Hanging a Medium Weight Mirror with a Chain

In this video I’m hanging a medium weight mirror on plasterboard / drywall for a customer. The mirror is fitted with a chain that, for some reason, is covered in parcel tape. Not sure why the parcel tape was there to be honest.

You can watch the full video here:

Hanging a Medium Weight Mirror on a Chain (single screw)

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After checking the weight of the mirror using a set of hanging scales, the first job was to take some measurements. I pulled the chain upwards on my finger to simulate it being hung on the wall – I then took a measurement from the bottom of the chain to the top of the mirror:

Hanging A Mirror

I also measured the width of the mirror and found the centre point. Using the two measurements obtained I could transfer the hanging point to the correct position on the wall.

I used a detector to check for pipes / cables and then used my dust catcher to catch any debris from the drill. A hole was carefully drilled through with a 6mm masonry bit to feel for what was in the wall.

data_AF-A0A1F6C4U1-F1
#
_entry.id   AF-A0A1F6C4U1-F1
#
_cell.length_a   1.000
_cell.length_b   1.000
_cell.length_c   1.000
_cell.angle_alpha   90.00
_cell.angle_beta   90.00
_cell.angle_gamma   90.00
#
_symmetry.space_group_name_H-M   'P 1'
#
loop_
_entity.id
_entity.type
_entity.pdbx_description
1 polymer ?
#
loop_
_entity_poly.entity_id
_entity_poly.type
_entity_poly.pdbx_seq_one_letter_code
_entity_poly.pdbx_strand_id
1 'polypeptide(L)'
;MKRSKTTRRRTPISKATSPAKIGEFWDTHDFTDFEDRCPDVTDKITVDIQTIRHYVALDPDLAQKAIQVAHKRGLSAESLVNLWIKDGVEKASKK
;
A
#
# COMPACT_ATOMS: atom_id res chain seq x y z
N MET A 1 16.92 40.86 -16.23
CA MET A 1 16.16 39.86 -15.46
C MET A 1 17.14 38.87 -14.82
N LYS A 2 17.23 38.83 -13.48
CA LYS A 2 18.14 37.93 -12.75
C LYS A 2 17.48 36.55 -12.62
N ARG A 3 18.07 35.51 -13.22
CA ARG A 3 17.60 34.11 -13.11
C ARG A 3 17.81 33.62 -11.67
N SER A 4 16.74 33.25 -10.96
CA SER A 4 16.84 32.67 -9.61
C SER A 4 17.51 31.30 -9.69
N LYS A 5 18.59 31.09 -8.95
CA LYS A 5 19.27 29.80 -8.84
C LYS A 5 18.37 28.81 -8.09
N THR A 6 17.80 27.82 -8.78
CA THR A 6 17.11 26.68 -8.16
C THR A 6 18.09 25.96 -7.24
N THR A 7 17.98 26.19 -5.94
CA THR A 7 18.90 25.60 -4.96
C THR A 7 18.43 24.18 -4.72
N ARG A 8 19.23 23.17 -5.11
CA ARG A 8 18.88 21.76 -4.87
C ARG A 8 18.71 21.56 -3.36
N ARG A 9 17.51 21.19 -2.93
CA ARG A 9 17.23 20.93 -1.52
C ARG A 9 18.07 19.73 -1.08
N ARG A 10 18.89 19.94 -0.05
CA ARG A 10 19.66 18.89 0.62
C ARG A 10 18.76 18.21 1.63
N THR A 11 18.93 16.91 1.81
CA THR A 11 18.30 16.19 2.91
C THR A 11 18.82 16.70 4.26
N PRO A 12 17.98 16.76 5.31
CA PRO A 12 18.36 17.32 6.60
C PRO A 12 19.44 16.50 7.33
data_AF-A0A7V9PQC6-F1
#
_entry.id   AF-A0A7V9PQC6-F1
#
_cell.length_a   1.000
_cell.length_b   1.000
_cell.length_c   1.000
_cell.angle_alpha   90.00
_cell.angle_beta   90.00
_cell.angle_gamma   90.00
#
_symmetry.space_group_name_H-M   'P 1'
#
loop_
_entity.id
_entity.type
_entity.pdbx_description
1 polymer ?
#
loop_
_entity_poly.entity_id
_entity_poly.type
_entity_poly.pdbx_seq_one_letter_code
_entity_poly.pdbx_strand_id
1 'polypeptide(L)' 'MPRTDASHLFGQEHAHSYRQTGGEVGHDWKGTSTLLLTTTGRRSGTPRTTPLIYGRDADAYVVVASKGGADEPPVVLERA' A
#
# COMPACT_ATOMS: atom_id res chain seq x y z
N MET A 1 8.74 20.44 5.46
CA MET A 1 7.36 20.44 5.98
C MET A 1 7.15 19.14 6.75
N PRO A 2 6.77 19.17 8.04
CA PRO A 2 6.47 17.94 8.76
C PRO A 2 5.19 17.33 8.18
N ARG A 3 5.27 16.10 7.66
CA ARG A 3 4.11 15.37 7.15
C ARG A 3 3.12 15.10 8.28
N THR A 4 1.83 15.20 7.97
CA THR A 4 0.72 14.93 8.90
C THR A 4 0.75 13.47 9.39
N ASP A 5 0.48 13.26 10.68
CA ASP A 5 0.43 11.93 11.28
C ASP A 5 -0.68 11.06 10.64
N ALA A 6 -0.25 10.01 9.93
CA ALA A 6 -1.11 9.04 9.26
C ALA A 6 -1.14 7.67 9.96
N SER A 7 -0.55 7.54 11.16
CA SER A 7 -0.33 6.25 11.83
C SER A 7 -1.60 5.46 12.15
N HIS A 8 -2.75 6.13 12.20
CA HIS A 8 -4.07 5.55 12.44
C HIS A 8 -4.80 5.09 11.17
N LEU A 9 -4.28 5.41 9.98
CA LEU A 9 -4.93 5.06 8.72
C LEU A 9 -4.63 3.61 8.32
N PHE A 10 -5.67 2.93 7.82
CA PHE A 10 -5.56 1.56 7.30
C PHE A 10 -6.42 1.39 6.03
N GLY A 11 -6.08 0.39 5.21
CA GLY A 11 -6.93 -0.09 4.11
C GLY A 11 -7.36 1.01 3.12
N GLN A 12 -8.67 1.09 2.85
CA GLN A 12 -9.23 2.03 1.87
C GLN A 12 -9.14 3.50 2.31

PRO TIP: A masonry bit is much less likely to damage pipes or cables, even in a hollow wall. I avoid using sharp drill bits to drill in to walls until I’m sure there’s no hidden pipes or cables in there!

Once I’d checked the wall was safe to drill in to with a bigger bit, I switched to a 9mm wood bit to make the hole a bit bigger. I then used a single expanding hollow wall anchor and a setting tool. These are rated well beyond the weight of the mirror and are appropriate for hanging something like this.

A spirit level was used to check for level and I always put a tiny dot in the bottom right corner to mark the level point, so if it goes out of level it’s easy for the customer to put it back without having to dig a spirit level out. The dot is hidden by the right hand bottom corner of the picture.

Andy Mac

For many years Andy ran a successful property maintenance business. He's established and run award winning companies over the years and has been self employed most of his life. He now shares his experiences via several YouTube channels and the UK's first commercial joinery podcast.
Andy Mac